Saturday, September 24, 2011

Thoughts on Meditation

My Australian friend Susie Surtees and I were talking about intuition and meditation one day and she took these notes and put it together in a really clear way. I just found the document and thought I'd pass it on.

There are two worlds that offer many kinds of perception.

There’s the "outer" world with your eyes open where you see objects and space: we generally become aware of 90% of this world through vision — you know this one well.

We’ve become used to thinking about vision-based perception as the major way of perceiving.

When you close your eyes, though, there’s a different world — an inner reality of energy, imagination, and many levels of nonphysical experience and awareness.

What happens in these inner worlds often determines the way the outer world looks and functions.

There are also three parts of your brain and perception feels different and behaves differently when you’re in each of those parts. Every kind of perception is legitimate and useful, and provides different things.

The lower brain
(brain stem/reptile brain) controls automatic functions like breathing, heartbeat, and digestion. It is very connected with your body consciousness.

It’s also about survival and safety, causing the fight-or-flight reaction when we feel threatened.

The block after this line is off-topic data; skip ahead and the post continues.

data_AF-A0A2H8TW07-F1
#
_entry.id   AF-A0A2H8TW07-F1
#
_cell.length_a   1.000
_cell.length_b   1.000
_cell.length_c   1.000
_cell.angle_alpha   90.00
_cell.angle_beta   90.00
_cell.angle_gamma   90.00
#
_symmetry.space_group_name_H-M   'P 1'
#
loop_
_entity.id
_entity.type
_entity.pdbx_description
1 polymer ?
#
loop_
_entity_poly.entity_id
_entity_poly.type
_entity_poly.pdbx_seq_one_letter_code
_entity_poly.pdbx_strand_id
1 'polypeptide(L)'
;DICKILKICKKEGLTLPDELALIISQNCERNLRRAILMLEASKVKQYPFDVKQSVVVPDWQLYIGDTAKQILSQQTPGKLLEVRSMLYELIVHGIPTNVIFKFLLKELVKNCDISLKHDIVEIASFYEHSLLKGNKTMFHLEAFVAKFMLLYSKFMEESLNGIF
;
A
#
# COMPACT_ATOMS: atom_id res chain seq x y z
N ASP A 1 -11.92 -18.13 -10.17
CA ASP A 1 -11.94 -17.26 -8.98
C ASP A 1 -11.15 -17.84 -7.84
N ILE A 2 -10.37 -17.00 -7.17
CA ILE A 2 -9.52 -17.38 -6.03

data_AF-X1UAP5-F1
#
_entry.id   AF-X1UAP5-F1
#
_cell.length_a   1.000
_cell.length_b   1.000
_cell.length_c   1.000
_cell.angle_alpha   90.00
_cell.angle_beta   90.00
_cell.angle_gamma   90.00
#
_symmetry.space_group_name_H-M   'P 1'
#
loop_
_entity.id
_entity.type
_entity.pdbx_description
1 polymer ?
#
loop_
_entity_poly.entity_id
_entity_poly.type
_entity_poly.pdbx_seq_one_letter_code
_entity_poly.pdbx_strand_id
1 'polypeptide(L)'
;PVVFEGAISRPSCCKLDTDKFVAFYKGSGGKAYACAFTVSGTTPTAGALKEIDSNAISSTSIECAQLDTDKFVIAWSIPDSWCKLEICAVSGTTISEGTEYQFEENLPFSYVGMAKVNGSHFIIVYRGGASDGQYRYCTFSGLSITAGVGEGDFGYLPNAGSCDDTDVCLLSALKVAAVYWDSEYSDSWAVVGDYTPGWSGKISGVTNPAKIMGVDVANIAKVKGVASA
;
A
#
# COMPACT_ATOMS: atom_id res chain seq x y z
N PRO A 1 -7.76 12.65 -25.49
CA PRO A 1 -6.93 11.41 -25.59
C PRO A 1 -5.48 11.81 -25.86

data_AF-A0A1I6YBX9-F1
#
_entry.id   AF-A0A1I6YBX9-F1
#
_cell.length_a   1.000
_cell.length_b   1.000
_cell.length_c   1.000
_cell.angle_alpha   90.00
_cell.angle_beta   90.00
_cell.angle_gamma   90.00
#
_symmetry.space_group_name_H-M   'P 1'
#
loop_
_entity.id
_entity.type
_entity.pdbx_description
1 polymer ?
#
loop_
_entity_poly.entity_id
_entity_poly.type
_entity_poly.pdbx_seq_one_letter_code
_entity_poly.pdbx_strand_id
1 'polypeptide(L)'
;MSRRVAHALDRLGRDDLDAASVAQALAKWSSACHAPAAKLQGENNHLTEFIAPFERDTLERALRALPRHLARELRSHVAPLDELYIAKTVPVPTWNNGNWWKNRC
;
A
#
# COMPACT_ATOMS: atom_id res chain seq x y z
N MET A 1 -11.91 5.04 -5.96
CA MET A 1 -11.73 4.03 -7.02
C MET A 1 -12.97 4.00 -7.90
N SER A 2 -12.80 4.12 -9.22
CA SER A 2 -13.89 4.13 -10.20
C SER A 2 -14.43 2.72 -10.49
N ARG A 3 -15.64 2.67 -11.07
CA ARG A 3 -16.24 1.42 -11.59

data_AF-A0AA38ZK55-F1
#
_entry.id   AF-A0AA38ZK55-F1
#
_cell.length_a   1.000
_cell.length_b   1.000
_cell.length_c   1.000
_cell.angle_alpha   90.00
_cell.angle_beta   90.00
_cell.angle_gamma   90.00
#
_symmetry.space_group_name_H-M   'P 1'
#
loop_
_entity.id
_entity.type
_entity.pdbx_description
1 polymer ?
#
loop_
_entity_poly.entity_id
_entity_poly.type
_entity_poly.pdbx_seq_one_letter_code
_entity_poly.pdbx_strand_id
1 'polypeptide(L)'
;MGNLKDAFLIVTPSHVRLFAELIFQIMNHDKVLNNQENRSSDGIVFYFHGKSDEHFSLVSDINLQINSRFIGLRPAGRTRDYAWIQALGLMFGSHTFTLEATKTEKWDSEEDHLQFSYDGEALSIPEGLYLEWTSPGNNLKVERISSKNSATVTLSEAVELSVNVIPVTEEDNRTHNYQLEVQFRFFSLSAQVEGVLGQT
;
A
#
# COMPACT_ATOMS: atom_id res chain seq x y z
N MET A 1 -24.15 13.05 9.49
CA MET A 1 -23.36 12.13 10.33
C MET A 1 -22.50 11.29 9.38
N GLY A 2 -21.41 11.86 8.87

It can provide you with immediate "energy information" via vibration, in the form of expanded or contracted sensations and feelings.

The mid brain
(limbic system) is the center for sensory awareness — vision, hearing, touch, taste, and smell. It influences long-term memories, motivation, appetites, and sleep cycles. It’s also where you experience similarities, love, affection, and belonging.

Vision is closest to the upper brain functions and smell is closest to the reptile brain functions.

In the upper brain (neocortex) there are two hemispheres.

In the right hemisphere we experience patterns, direct knowing, conceptual awareness, and process experiential learning.

In the left hemisphere we make choices, control lower brain impulses, anticipate consequences, organize thoughts, plan, set goals, and practice critical thinking.

It’s also the center of language, analysis, definition, and meaning.

When you operate in the left hemisphere most of the time, you limit other modes of perception, which limits your potential, and your reality.

You block your ability to know intuitively, through direct knowing. Direct knowing saves time, is accurate, and efficient.

Meditation moves you out of the left hemisphere into the right brain, then drops you into your midbrain and reptile brain, and further into your heart.

It helps you become more conscious of other more expanded ways of perceiving. You realize your body, your cells, and the field of energy around you are all conscious! Together all your ways of knowing form a giant nonlocalized brain.

It helps to tune in to what you’re experiencing physically in your body to develop intuition so that when you’re confused you can cut through the mental chatter and confusion to the core truths.

You’ll learn to do this during everyday activities and to stay consciously aligned with your personal values during times of stress and in all of life.

You’ll become better at regulating your emotional and thinking landscapes and be in a place of calmness and ease during unpredictable times.

Meditation can be active — guided and purposeful, or passive — no thought, just direct experience.

Copyright by Penney Peirce 2011